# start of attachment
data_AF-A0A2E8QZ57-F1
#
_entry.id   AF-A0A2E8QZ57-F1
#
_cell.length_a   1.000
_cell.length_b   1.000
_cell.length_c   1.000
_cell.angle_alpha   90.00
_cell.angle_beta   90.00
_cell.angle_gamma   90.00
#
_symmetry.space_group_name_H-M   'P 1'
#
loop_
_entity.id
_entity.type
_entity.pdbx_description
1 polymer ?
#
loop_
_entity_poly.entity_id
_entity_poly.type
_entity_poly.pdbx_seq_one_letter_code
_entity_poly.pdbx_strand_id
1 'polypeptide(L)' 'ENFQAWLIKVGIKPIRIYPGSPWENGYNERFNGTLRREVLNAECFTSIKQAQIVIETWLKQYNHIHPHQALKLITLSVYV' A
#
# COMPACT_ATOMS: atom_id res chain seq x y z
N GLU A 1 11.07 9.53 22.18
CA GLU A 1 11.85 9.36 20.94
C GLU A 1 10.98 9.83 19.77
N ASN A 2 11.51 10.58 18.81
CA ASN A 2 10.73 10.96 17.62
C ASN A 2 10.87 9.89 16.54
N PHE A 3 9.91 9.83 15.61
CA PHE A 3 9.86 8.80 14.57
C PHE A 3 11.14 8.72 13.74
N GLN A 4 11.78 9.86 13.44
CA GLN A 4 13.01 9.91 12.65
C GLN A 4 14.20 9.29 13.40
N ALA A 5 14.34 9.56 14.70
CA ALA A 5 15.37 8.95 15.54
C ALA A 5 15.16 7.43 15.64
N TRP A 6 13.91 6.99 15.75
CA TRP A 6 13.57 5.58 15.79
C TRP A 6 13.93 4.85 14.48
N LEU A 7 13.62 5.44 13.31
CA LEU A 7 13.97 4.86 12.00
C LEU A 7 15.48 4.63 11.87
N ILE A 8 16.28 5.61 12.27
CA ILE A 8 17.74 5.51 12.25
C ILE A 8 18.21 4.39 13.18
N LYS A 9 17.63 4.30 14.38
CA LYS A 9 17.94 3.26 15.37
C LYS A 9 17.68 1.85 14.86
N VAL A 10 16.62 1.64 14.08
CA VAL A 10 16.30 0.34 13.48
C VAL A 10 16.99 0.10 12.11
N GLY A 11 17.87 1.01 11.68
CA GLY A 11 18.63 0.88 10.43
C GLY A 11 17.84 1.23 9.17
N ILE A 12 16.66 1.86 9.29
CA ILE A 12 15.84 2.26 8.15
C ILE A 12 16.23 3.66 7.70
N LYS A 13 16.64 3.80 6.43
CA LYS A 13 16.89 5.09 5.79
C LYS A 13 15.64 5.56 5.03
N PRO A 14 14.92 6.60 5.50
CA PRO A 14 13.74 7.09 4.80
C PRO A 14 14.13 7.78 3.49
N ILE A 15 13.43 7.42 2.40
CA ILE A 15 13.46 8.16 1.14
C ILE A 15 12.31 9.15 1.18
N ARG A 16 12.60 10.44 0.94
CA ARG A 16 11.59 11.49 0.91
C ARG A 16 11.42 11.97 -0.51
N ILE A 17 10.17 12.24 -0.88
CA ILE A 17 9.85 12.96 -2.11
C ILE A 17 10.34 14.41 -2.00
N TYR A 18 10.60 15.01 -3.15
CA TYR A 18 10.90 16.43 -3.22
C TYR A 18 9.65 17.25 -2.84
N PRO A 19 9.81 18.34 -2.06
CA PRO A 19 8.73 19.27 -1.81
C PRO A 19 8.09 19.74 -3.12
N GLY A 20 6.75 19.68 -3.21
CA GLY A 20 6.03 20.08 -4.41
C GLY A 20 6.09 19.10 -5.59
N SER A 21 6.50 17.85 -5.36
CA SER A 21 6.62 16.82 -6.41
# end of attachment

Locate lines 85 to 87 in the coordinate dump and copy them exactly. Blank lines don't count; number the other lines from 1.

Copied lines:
N GLY A 20 6.75 19.68 -3.21
CA GLY A 20 6.03 20.08 -4.41
C GLY A 20 6.09 19.10 -5.59